Among the “top five items I love:” my iPod.  But not for the reason you might think.  Sure, I like my music and enjoy my playlists… But the real gold for me is the podcasts. Early in 2007 I started listening to sermons regularly, and it’s one of the best things habits I’ve ever picked up.  Particularly because I’m an audial learner, it’s hard to describe how much knowledge and wisdom I’ve gleaned through listening regularly to teaching this way. It’s been a lifeline.

In my mind, teaching-via-iPod seems well suited to the life as a mother of young ones – who get short, often unpredictable spurts of time here and there that might be put to intellectual use.  I listen primarily while I’m washing up the dishes as my husband’s getting the kids into their PJ’s. Sometimes when I’m doing housekeeping work by myself (not too often) or exercising.  Occasionally when I’m alone in the car for a stretch – picking someone up from the airport or running errands solo.  Redeeming the time, whenever possible, by plugging my brain into the teaching of God’s word, refreshing me and providing direction all in one go.  Load ’em on; listen; unload.  Podcasts refresh where you last stop them, so when I stop halfway through, I can pick up right where I left off next time.  It’s one of my favorite things about modern technology. (My “pro” column in this arena is frankly rather short, so I’m glad to be able to be able to pony up a positive that I can heartily endorse.) (more…)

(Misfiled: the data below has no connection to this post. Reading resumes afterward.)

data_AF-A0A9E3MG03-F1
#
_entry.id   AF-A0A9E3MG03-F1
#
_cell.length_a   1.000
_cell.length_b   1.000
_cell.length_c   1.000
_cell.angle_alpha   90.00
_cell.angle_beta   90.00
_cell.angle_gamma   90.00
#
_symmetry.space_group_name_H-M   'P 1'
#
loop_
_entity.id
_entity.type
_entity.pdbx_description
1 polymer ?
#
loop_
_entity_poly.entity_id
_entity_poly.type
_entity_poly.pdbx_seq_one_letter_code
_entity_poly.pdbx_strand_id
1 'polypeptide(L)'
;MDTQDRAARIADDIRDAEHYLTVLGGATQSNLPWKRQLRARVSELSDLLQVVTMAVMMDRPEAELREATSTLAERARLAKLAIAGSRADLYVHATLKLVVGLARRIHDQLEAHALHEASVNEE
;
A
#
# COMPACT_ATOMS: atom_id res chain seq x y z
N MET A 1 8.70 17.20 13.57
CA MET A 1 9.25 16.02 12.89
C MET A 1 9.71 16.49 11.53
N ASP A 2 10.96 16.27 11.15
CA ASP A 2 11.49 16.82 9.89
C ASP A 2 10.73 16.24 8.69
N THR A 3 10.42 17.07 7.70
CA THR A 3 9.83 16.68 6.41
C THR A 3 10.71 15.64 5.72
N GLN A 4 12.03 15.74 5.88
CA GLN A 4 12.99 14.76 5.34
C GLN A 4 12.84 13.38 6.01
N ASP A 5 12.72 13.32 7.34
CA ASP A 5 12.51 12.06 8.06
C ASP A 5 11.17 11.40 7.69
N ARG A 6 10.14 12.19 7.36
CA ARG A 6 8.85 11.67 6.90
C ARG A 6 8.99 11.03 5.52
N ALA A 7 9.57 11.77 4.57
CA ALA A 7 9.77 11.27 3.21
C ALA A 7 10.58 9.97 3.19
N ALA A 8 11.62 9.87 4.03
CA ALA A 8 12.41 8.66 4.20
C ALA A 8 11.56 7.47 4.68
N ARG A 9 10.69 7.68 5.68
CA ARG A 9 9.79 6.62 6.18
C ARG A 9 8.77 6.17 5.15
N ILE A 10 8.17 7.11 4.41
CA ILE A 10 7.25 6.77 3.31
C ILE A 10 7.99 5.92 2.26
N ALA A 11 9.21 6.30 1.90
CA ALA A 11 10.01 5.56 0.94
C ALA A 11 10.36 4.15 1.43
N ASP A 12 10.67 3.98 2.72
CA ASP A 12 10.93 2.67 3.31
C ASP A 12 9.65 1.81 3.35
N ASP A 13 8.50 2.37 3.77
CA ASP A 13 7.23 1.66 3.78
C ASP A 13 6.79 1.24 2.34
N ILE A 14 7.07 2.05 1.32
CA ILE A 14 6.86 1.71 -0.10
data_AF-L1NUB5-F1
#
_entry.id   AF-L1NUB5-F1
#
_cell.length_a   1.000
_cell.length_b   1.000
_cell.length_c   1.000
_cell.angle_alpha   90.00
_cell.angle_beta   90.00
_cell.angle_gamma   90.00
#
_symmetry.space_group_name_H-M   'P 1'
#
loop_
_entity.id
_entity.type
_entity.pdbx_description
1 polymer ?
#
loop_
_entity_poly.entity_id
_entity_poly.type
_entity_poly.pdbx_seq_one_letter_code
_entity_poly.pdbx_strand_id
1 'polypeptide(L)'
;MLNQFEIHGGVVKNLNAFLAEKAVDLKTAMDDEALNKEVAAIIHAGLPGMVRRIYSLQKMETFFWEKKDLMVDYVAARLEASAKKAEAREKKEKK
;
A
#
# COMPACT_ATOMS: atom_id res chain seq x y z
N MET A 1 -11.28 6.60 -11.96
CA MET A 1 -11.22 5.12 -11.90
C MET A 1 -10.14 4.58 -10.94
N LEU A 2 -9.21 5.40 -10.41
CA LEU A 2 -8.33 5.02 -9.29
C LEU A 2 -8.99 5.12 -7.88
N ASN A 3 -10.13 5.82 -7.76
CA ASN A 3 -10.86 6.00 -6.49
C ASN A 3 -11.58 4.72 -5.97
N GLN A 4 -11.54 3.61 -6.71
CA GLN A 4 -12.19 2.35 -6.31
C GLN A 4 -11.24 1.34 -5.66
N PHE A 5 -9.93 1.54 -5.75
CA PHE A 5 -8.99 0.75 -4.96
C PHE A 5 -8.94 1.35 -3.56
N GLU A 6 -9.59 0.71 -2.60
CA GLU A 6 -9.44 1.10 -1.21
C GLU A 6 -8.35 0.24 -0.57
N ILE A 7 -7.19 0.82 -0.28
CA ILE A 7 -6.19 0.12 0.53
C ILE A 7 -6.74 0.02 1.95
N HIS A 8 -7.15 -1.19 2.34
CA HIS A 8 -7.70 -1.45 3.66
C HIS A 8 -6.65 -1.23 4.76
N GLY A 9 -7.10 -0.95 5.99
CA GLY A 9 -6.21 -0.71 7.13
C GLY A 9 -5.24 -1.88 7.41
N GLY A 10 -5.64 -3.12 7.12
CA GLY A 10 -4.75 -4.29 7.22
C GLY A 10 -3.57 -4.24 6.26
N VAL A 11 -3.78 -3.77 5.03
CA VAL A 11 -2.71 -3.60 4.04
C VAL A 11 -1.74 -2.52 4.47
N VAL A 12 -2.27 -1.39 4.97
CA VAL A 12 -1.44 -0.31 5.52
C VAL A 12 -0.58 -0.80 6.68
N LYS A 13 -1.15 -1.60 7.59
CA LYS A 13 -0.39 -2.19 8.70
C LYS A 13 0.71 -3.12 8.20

Of earthquakes, fear, and Mary April 5, 2010

Filed under: Bible,Fear,For moms,Holidays,Mary — Susan @ Christian Mothering @ 4:26 am

It’s Easter, and we had an earthquake here this afternoon – a tremor so subtle that it we weren’t sure at first that that’s what it was.  We all just felt a touch dizzy, standing on the sidewalk, and then my husband realized that the cars were shaking a little.  Nothing too unusual for southern California.  Easter afternoon, though.  Could there be a more fitting time for an earthquake?  When the life finally ebbed out of Jesus, hanging on the cross on the first Good Friday, “the earth shook;” then again on the third day, there was a “violent earthquake (when) an angel of the Lord came down from heaven and, going to the tomb, rolled back the stone and sat on it.”  So the quake today was really fitting.

An earthquake can be a pretty scary thing; I’m sure if I’d been present for one the first Easter quakes – much more dramatic than our little rumble today – I’d have been petrified.  The soldiers standing guard at the tomb clearly were, as they evidently fainted.  Jesus’ mother and Mary Magdalene, also present at the time, must have been terrified too, because the angel’s first words to them were: “Do not be afraid.”  Whether their fear stemmed primarily from the earthquake, the angel, or the absence of Jesus’ body in the tomb – who can say?  All three rolled together, no doubt. (more…)


The 4-year old theologian April 1, 2010

Filed under: Bible,Books,Culture,Holidays — Susan @ Christian Mothering @ 5:01 am